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Photo: Pixabay

Dakota Access LLC, a subsidiary of Energy Transfer, has received the final permits to implement a new pipeline – almost the size of Keystone XL – on private, state and federal lands between Bakken, North Dakota and Patoka, Illinois. 

Once operational, the 1,172-mile Dakota Access Pipeline (AKA the Bakken Pipeline) will transport as much as 570,000 barrels of “domestically produced light sweet crude oil” every day.

Oil pipeline, Alaska. (Photo Credit: Pixabay)

Oil pipeline, Alaska. (Photo Credit: Pixabay)

The pipeline is scheduled to pass through protected and indigenous lands and critical water supplies like the Mississippi and Missouri rivers.

Advocates for the environment, climate conscious development and historical preservation in opposition of the pipeline say that, despite a $25 million insurance policy intended to cover leaks and spills, a disaster “could inflict serious damage to farmland, rivers and streams, and wildlife” and the policy is not enough to cover the full spectrum of risk.

The company claims that the project will transport crude in an “environmentally responsible manner”; however, regardless of corporate intentions, oil spills happen.

Last week, the U.S. Army Corps of Engineers granted Dakota Access the last set of permits required to build on federal lands.

Standing Rock Sioux Tribe Council Representative, Jesse Taken Alive (center), honors FEMA Region VIII Regional Administrator, Robert Flowers (left) and FEMA Tribal Region VIII Tribal Liaison Officer, Scott Logan (right), during the ten year commemoration of the FEMA Tribal Relations policy. (Photo Credit: Andrea Booher / FEMA Photo Library)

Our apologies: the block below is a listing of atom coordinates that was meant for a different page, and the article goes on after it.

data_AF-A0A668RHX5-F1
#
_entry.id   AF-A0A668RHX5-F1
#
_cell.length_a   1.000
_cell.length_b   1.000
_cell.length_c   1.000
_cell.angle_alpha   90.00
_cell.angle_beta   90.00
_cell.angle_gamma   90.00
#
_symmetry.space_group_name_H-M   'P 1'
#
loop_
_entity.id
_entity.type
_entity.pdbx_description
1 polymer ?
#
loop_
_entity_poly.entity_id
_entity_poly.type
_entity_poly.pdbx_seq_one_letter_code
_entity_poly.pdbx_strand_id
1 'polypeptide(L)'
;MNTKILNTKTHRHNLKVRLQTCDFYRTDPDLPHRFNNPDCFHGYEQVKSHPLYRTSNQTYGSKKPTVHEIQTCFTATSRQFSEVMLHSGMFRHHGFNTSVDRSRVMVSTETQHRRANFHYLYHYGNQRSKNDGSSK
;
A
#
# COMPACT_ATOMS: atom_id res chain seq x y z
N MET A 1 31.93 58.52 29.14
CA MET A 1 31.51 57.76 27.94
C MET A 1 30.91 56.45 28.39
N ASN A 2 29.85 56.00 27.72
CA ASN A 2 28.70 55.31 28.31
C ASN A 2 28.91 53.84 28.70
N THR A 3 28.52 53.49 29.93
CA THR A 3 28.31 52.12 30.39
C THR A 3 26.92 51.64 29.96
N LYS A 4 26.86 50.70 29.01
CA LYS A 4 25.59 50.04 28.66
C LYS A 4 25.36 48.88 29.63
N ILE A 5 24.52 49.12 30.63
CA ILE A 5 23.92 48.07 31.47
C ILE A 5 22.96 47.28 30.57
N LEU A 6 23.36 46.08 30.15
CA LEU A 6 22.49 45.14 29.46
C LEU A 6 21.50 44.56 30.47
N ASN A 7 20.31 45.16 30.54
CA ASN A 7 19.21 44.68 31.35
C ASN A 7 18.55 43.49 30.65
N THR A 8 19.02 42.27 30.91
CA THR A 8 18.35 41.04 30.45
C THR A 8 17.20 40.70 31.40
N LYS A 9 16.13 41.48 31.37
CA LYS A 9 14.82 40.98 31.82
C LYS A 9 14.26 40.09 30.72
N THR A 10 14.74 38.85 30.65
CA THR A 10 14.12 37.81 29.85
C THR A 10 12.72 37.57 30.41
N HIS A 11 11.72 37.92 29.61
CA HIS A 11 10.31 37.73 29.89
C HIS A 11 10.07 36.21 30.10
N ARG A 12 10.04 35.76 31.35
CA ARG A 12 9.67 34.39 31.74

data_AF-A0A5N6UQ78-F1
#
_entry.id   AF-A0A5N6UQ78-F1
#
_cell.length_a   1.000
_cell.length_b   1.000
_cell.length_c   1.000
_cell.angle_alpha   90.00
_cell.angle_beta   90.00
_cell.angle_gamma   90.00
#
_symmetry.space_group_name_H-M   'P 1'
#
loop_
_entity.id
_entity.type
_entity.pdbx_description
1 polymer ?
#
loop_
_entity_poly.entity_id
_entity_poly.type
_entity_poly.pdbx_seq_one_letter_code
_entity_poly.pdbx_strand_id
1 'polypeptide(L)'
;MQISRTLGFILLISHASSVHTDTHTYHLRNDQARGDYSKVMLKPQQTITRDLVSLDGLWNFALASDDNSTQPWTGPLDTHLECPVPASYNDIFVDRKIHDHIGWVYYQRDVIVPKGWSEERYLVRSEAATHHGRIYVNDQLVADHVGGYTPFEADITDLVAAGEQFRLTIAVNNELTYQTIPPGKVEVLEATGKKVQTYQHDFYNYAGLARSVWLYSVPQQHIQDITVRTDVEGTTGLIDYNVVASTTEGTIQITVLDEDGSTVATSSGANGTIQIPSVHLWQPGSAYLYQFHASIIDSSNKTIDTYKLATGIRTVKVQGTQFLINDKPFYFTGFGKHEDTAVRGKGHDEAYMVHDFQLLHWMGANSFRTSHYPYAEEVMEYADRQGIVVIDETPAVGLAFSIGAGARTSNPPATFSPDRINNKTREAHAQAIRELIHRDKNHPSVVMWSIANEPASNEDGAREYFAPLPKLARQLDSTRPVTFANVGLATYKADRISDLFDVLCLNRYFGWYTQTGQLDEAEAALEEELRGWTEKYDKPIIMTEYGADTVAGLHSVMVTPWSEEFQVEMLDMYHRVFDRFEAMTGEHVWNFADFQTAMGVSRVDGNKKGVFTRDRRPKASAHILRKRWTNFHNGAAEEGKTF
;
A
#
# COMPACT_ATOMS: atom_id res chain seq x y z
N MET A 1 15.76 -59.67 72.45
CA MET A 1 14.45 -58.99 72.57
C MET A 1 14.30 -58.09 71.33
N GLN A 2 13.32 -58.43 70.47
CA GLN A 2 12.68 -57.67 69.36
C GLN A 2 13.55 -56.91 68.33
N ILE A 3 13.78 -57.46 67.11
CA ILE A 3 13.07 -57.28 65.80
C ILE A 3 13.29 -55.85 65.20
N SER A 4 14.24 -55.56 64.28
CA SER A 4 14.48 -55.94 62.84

Standing Rock Sioux Tribe Council Representative, Jesse Taken Alive (center), honors FEMA Region VIII Regional Administrator, Robert Flowers (left) and FEMA Tribal Region VIII Tribal Liaison Officer, Scott Logan (right), during the ten year commemoration of the FEMA Tribal Relations policy. (Photo Credit: Andrea Booher / FEMA Photo Library)

In response to the Corps’ approval, the Standing Rock Sioux Tribe filed a lawsuit against the government body accusing them of violating the National Historic Preservation Act, the Clean Water Act, the National Environmental Policy Act and more.

“The construction and operation of the pipeline…threatens the Tribe’s environmental and economic well-being, and would damage and destroy sites of great historic, religious, and cultural significance to the Tribe,” argues the tribe.

A coalition of private landowners in Iowa also filed lawsuits in opposition of the pipeline claiming that the Iowa Utilities Board unlawfully granted Dakota Access the right to seize private property under eminent domain, which is strictly reserved for the government, and the pipeline doesn’t provide any public benefit.

Despite the pending court cases, the oil company has already begun building the pipeline and plans to begin operation in the last quarter of this year.

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